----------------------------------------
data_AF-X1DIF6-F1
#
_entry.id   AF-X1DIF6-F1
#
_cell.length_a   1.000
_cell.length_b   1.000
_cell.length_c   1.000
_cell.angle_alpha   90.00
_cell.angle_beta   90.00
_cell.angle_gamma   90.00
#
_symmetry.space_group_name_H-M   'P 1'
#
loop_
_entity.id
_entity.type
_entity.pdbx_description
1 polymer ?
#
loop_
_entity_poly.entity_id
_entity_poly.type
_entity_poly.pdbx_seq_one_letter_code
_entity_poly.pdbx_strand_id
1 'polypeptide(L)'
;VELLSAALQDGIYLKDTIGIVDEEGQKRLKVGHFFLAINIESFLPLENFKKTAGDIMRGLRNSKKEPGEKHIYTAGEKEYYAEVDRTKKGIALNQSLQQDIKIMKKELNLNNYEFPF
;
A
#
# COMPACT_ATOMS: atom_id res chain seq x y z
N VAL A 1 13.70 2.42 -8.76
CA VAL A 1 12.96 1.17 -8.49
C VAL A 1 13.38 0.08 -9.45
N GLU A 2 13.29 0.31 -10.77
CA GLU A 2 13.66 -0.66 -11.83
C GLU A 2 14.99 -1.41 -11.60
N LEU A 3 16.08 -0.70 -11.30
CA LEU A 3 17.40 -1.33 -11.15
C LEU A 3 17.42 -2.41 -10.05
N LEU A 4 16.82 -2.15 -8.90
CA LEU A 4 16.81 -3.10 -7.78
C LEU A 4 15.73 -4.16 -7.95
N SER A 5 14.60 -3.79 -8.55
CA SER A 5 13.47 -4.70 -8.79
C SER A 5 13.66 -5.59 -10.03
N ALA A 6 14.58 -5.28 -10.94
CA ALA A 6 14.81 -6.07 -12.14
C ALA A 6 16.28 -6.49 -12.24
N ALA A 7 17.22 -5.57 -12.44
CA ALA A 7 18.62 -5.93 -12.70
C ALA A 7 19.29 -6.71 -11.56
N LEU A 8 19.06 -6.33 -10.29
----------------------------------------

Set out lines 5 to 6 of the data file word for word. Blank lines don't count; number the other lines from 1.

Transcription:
_cell.length_a   1.000
_cell.length_b   1.000